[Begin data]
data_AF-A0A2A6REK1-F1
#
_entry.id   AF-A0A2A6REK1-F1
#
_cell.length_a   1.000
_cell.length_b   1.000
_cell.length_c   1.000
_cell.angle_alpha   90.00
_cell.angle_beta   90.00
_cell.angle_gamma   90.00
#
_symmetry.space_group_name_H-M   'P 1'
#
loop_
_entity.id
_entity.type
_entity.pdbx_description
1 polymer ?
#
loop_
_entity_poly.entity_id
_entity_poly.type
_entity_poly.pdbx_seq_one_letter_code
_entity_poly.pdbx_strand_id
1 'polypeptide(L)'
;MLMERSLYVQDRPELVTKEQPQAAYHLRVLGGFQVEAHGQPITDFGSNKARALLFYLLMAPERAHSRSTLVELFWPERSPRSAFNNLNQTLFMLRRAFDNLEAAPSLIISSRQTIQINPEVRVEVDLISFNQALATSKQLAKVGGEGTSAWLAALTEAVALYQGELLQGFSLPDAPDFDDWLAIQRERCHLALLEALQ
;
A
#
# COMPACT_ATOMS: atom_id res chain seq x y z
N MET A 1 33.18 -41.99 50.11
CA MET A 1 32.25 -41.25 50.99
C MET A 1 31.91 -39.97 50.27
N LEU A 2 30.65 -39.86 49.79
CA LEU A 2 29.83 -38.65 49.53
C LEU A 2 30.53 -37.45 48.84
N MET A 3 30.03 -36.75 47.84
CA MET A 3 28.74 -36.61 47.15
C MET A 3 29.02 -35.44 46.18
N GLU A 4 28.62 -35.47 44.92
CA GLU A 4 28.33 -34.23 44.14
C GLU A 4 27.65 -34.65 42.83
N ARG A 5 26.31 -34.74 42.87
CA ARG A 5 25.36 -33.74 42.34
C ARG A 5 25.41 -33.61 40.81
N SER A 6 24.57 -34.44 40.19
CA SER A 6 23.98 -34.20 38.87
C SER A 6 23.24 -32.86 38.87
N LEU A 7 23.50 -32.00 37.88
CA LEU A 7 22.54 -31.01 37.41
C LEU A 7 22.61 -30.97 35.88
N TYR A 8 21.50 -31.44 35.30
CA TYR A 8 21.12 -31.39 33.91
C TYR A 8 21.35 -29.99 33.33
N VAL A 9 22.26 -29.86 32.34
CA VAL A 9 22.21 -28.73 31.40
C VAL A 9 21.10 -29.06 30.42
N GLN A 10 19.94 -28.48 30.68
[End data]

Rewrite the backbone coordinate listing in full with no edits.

data_AF-A0A2A6REK1-F1
#
_entry.id   AF-A0A2A6REK1-F1
#
_cell.length_a   1.000
_cell.length_b   1.000
_cell.length_c   1.000
_cell.angle_alpha   90.00
_cell.angle_beta   90.00
_cell.angle_gamma   90.00
#
_symmetry.space_group_name_H-M   'P 1'
#
loop_
_entity.id
_entity.type
_entity.pdbx_description
1 polymer ?
#
loop_
_entity_poly.entity_id
_entity_poly.type
_entity_poly.pdbx_seq_one_letter_code
_entity_poly.pdbx_strand_id
1 'polypeptide(L)'
;MLMERSLYVQDRPELVTKEQPQAAYHLRVLGGFQVEAHGQPITDFGSNKARALLFYLLMAPERAHSRSTLVELFWPERSPRSAFNNLNQTLFMLRRAFDNLEAAPSLIISSRQTIQINPEVRVEVDLISFNQALATSKQLAKVGGEGTSAWLAALTEAVALYQGELLQGFSLPDAPDFDDWLAIQRERCHLALLEALQ
;
A
#
# COMPACT_ATOMS: atom_id res chain seq x y z
N MET A 1 33.18 -41.99 50.11
CA MET A 1 32.25 -41.25 50.99
C MET A 1 31.91 -39.97 50.27
N LEU A 2 30.65 -39.86 49.79
CA LEU A 2 29.83 -38.65 49.53
C LEU A 2 30.53 -37.45 48.84
N MET A 3 30.03 -36.75 47.84
CA MET A 3 28.74 -36.61 47.15
C MET A 3 29.02 -35.44 46.18
N GLU A 4 28.62 -35.47 44.92
CA GLU A 4 28.33 -34.23 44.14
C GLU A 4 27.65 -34.65 42.83
N ARG A 5 26.31 -34.74 42.87
CA ARG A 5 25.36 -33.74 42.34
C ARG A 5 25.41 -33.61 40.81
N SER A 6 24.57 -34.44 40.19
CA SER A 6 23.98 -34.20 38.87
C SER A 6 23.24 -32.86 38.87
N LEU A 7 23.50 -32.00 37.88
CA LEU A 7 22.54 -31.01 37.41
C LEU A 7 22.61 -30.97 35.88
N TYR A 8 21.50 -31.44 35.30
CA TYR A 8 21.12 -31.39 33.91
C TYR A 8 21.35 -29.99 33.33
N VAL A 9 22.26 -29.86 32.34
CA VAL A 9 22.21 -28.73 31.40
C VAL A 9 21.10 -29.06 30.42
N GLN A 10 19.94 -28.48 30.68